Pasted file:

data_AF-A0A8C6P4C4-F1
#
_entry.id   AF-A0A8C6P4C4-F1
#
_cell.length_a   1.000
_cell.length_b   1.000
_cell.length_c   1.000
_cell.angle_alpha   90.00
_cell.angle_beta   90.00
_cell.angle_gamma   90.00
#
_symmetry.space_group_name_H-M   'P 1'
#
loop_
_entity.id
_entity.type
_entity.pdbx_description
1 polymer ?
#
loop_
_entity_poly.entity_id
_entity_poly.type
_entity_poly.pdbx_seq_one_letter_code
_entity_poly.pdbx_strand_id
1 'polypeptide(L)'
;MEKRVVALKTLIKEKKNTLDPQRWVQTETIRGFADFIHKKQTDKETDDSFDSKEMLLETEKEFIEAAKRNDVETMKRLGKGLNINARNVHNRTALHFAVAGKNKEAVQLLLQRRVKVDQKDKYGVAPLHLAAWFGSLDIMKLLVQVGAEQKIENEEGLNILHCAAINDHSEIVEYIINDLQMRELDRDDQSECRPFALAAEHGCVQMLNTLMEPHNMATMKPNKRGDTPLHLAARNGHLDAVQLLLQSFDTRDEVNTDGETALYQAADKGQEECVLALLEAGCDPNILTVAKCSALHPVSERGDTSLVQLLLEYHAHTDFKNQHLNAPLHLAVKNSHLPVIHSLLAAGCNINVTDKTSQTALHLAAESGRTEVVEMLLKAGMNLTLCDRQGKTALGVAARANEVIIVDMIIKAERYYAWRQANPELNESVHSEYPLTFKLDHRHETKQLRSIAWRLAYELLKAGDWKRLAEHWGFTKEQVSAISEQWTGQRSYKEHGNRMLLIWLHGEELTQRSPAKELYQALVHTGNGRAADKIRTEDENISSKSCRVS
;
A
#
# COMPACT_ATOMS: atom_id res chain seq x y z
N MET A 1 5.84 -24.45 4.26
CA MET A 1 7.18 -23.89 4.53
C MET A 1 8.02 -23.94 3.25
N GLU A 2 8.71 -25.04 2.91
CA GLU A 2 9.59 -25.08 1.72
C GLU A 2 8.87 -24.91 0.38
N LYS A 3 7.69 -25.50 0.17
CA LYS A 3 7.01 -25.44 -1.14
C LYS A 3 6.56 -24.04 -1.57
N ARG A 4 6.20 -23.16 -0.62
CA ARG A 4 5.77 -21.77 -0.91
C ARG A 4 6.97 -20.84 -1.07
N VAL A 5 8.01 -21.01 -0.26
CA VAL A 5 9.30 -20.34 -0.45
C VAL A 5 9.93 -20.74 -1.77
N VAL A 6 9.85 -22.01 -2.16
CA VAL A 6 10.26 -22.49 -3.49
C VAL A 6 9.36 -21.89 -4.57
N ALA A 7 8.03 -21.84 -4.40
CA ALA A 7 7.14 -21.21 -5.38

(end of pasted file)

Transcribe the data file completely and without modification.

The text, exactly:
data_AF-A0A8C6P4C4-F1
#
_entry.id   AF-A0A8C6P4C4-F1
#
_cell.length_a   1.000
_cell.length_b   1.000
_cell.length_c   1.000
_cell.angle_alpha   90.00
_cell.angle_beta   90.00
_cell.angle_gamma   90.00
#
_symmetry.space_group_name_H-M   'P 1'
#
loop_
_entity.id
_entity.type
_entity.pdbx_description
1 polymer ?
#
loop_
_entity_poly.entity_id
_entity_poly.type
_entity_poly.pdbx_seq_one_letter_code
_entity_poly.pdbx_strand_id
1 'polypeptide(L)'
;MEKRVVALKTLIKEKKNTLDPQRWVQTETIRGFADFIHKKQTDKETDDSFDSKEMLLETEKEFIEAAKRNDVETMKRLGKGLNINARNVHNRTALHFAVAGKNKEAVQLLLQRRVKVDQKDKYGVAPLHLAAWFGSLDIMKLLVQVGAEQKIENEEGLNILHCAAINDHSEIVEYIINDLQMRELDRDDQSECRPFALAAEHGCVQMLNTLMEPHNMATMKPNKRGDTPLHLAARNGHLDAVQLLLQSFDTRDEVNTDGETALYQAADKGQEECVLALLEAGCDPNILTVAKCSALHPVSERGDTSLVQLLLEYHAHTDFKNQHLNAPLHLAVKNSHLPVIHSLLAAGCNINVTDKTSQTALHLAAESGRTEVVEMLLKAGMNLTLCDRQGKTALGVAARANEVIIVDMIIKAERYYAWRQANPELNESVHSEYPLTFKLDHRHETKQLRSIAWRLAYELLKAGDWKRLAEHWGFTKEQVSAISEQWTGQRSYKEHGNRMLLIWLHGEELTQRSPAKELYQALVHTGNGRAADKIRTEDENISSKSCRVS
;
A
#
# COMPACT_ATOMS: atom_id res chain seq x y z
N MET A 1 5.84 -24.45 4.26
CA MET A 1 7.18 -23.89 4.53
C MET A 1 8.02 -23.94 3.25
N GLU A 2 8.71 -25.04 2.91
CA GLU A 2 9.59 -25.08 1.72
C GLU A 2 8.87 -24.91 0.38
N LYS A 3 7.69 -25.50 0.17
CA LYS A 3 7.01 -25.44 -1.14
C LYS A 3 6.56 -24.04 -1.57
N ARG A 4 6.20 -23.16 -0.62
CA ARG A 4 5.77 -21.77 -0.91
C ARG A 4 6.97 -20.84 -1.07
N VAL A 5 8.01 -21.01 -0.26
CA VAL A 5 9.30 -20.34 -0.45
C VAL A 5 9.93 -20.74 -1.77
N VAL A 6 9.85 -22.01 -2.16
CA VAL A 6 10.26 -22.49 -3.49
C VAL A 6 9.36 -21.89 -4.57
N ALA A 7 8.03 -21.84 -4.40
CA ALA A 7 7.14 -21.21 -5.38